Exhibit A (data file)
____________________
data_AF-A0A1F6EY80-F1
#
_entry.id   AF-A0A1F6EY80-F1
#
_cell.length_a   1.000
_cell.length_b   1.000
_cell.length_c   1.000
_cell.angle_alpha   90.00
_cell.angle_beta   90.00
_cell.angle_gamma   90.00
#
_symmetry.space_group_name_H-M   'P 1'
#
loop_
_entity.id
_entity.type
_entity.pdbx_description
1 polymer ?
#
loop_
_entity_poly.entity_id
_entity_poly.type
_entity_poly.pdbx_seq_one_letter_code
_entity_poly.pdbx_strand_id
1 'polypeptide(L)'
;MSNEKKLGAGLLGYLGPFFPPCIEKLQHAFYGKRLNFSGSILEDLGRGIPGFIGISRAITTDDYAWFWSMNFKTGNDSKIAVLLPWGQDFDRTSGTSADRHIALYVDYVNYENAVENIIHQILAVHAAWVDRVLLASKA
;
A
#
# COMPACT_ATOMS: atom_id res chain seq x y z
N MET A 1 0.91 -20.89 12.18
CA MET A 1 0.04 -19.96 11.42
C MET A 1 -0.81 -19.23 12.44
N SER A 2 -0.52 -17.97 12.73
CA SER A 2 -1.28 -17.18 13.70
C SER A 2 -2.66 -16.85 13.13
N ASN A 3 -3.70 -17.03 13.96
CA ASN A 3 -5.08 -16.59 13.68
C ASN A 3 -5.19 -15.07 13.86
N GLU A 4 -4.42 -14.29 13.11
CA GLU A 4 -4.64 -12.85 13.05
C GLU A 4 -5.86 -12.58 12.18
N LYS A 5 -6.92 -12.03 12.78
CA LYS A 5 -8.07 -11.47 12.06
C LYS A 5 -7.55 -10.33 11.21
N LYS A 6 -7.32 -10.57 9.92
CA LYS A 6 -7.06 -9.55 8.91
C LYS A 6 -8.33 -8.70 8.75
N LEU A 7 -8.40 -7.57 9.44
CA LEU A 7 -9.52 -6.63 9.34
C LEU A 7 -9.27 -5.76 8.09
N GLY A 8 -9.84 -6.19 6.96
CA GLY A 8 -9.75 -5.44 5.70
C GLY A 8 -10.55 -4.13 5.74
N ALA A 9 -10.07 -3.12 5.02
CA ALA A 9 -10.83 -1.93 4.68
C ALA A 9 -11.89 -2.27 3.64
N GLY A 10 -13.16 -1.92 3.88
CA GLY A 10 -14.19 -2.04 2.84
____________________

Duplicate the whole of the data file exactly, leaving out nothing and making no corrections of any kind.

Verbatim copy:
data_AF-A0A1F6EY80-F1
#
_entry.id   AF-A0A1F6EY80-F1
#
_cell.length_a   1.000
_cell.length_b   1.000
_cell.length_c   1.000
_cell.angle_alpha   90.00
_cell.angle_beta   90.00
_cell.angle_gamma   90.00
#
_symmetry.space_group_name_H-M   'P 1'
#
loop_
_entity.id
_entity.type
_entity.pdbx_description
1 polymer ?
#
loop_
_entity_poly.entity_id
_entity_poly.type
_entity_poly.pdbx_seq_one_letter_code
_entity_poly.pdbx_strand_id
1 'polypeptide(L)'
;MSNEKKLGAGLLGYLGPFFPPCIEKLQHAFYGKRLNFSGSILEDLGRGIPGFIGISRAITTDDYAWFWSMNFKTGNDSKIAVLLPWGQDFDRTSGTSADRHIALYVDYVNYENAVENIIHQILAVHAAWVDRVLLASKA
;
A
#
# COMPACT_ATOMS: atom_id res chain seq x y z
N MET A 1 0.91 -20.89 12.18
CA MET A 1 0.04 -19.96 11.42
C MET A 1 -0.81 -19.23 12.44
N SER A 2 -0.52 -17.97 12.73
CA SER A 2 -1.28 -17.18 13.70
C SER A 2 -2.66 -16.85 13.13
N ASN A 3 -3.70 -17.03 13.96
CA ASN A 3 -5.08 -16.59 13.68
C ASN A 3 -5.19 -15.07 13.86
N GLU A 4 -4.42 -14.29 13.11
CA GLU A 4 -4.64 -12.85 13.05
C GLU A 4 -5.86 -12.58 12.18
N LYS A 5 -6.92 -12.03 12.78
CA LYS A 5 -8.07 -11.47 12.06
C LYS A 5 -7.55 -10.33 11.21
N LYS A 6 -7.32 -10.57 9.92
CA LYS A 6 -7.06 -9.55 8.91
C LYS A 6 -8.33 -8.70 8.75
N LEU A 7 -8.40 -7.57 9.44
CA LEU A 7 -9.52 -6.63 9.34
C LEU A 7 -9.27 -5.76 8.09
N GLY A 8 -9.84 -6.19 6.96
CA GLY A 8 -9.75 -5.44 5.70
C GLY A 8 -10.55 -4.13 5.74
N ALA A 9 -10.07 -3.12 5.02
CA ALA A 9 -10.83 -1.93 4.68
C ALA A 9 -11.89 -2.27 3.64
N GLY A 10 -13.16 -1.92 3.88
CA GLY A 10 -14.19 -2.04 2.84